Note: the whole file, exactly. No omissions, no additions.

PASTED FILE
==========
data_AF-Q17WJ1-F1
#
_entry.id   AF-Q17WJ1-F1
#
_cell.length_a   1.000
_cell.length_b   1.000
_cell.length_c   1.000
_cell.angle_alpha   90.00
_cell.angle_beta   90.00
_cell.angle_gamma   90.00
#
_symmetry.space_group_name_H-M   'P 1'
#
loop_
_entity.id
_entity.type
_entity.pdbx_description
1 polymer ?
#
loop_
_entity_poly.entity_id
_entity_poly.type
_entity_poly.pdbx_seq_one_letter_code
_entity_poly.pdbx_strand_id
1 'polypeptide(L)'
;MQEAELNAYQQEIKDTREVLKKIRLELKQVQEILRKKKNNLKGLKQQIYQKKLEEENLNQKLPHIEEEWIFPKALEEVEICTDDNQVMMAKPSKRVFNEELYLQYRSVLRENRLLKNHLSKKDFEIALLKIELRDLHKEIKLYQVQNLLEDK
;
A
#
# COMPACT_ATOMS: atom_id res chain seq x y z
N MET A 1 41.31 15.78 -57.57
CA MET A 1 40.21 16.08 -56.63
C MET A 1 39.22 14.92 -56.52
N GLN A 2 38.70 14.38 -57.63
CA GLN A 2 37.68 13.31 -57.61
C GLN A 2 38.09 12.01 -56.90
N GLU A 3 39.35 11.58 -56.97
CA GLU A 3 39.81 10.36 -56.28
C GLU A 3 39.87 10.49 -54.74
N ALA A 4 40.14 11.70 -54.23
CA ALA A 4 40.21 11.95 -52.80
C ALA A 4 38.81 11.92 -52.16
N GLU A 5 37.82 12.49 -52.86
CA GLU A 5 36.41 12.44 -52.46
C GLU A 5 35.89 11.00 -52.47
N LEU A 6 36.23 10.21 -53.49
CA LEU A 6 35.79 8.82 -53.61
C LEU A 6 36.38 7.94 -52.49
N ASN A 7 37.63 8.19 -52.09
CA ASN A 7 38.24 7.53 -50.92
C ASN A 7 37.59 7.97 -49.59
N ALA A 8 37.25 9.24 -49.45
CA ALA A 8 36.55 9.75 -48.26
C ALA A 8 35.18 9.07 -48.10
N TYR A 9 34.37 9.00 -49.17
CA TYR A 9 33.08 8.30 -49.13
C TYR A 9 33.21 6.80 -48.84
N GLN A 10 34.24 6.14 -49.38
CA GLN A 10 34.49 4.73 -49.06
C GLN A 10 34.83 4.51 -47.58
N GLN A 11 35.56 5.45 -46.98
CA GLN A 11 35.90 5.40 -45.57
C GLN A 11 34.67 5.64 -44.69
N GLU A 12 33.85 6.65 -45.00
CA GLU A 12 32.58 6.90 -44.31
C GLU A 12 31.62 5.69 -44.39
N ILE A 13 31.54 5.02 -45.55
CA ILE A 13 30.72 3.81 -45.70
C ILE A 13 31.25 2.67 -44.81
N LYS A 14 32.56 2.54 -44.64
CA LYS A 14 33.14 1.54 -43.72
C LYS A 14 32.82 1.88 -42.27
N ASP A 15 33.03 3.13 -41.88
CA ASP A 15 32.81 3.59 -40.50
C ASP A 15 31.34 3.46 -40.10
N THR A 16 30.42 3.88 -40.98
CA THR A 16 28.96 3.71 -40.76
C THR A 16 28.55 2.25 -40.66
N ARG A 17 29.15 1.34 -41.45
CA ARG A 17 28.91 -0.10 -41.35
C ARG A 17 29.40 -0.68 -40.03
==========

data_AF-Q17WJ1-F1
#
_entry.id   AF-Q17WJ1-F1
#
_cell.length_a   1.000
_cell.length_b   1.000
_cell.length_c   1.000
_cell.angle_alpha   90.00
_cell.angle_beta   90.00
_cell.angle_gamma   90.00
#
_symmetry.space_group_name_H-M   'P 1'
#
loop_
_entity.id
_entity.type
_entity.pdbx_description
1 polymer ?
#
loop_
_entity_poly.entity_id
_entity_poly.type
_entity_poly.pdbx_seq_one_letter_code
_entity_poly.pdbx_strand_id
1 'polypeptide(L)'
;MQEAELNAYQQEIKDTREVLKKIRLELKQVQEILRKKKNNLKGLKQQIYQKKLEEENLNQKLPHIEEEWIFPKALEEVEICTDDNQVMMAKPSKRVFNEELYLQYRSVLRENRLLKNHLSKKDFEIALLKIELRDLHKEIKLYQVQNLLEDK
;
A
#
# COMPACT_ATOMS: atom_id res chain seq x y z
N MET A 1 41.31 15.78 -57.57
CA MET A 1 40.21 16.08 -56.63
C MET A 1 39.22 14.92 -56.52
N GLN A 2 38.70 14.38 -57.63
CA GLN A 2 37.68 13.31 -57.61
C GLN A 2 38.09 12.01 -56.90
N GLU A 3 39.35 11.58 -56.97
CA GLU A 3 39.81 10.36 -56.28
C GLU A 3 39.87 10.49 -54.74
N ALA A 4 40.14 11.70 -54.23
CA ALA A 4 40.21 11.95 -52.80
C ALA A 4 38.81 11.92 -52.16
N GLU A 5 37.82 12.49 -52.86
CA GLU A 5 36.41 12.44 -52.46
C GLU A 5 35.89 11.00 -52.47
N LEU A 6 36.23 10.21 -53.49
CA LEU A 6 35.79 8.82 -53.61
C LEU A 6 36.38 7.94 -52.49
N ASN A 7 37.63 8.19 -52.09
CA ASN A 7 38.24 7.53 -50.92
C ASN A 7 37.59 7.97 -49.59
N ALA A 8 37.25 9.24 -49.45
CA ALA A 8 36.55 9.75 -48.26
C ALA A 8 35.18 9.07 -48.10
N TYR A 9 34.37 9.00 -49.17
CA TYR A 9 33.08 8.30 -49.13
C TYR A 9 33.21 6.80 -48.84
N GLN A 10 34.24 6.14 -49.38
CA GLN A 10 34.49 4.73 -49.06
C GLN A 10 34.83 4.51 -47.58
N GLN A 11 35.56 5.45 -46.98
CA GLN A 11 35.90 5.40 -45.57
C GLN A 11 34.67 5.64 -44.69
N GLU A 12 33.85 6.65 -45.00
CA GLU A 12 32.58 6.90 -44.31
C GLU A 12 31.62 5.69 -44.39
N ILE A 13 31.54 5.02 -45.55
CA ILE A 13 30.72 3.81 -45.70
C ILE A 13 31.25 2.67 -44.81
N LYS A 14 32.56 2.54 -44.64
CA LYS A 14 33.14 1.54 -43.72
C LYS A 14 32.82 1.88 -42.27
N ASP A 15 33.03 3.13 -41.88
CA ASP A 15 32.81 3.59 -40.50
C ASP A 15 31.34 3.46 -40.10
N THR A 16 30.42 3.88 -40.98
CA THR A 16 28.96 3.71 -40.76
C THR A 16 28.55 2.25 -40.66
N ARG A 17 29.15 1.34 -41.45
CA ARG A 17 28.91 -0.10 -41.35
C ARG A 17 29.40 -0.68 -40.03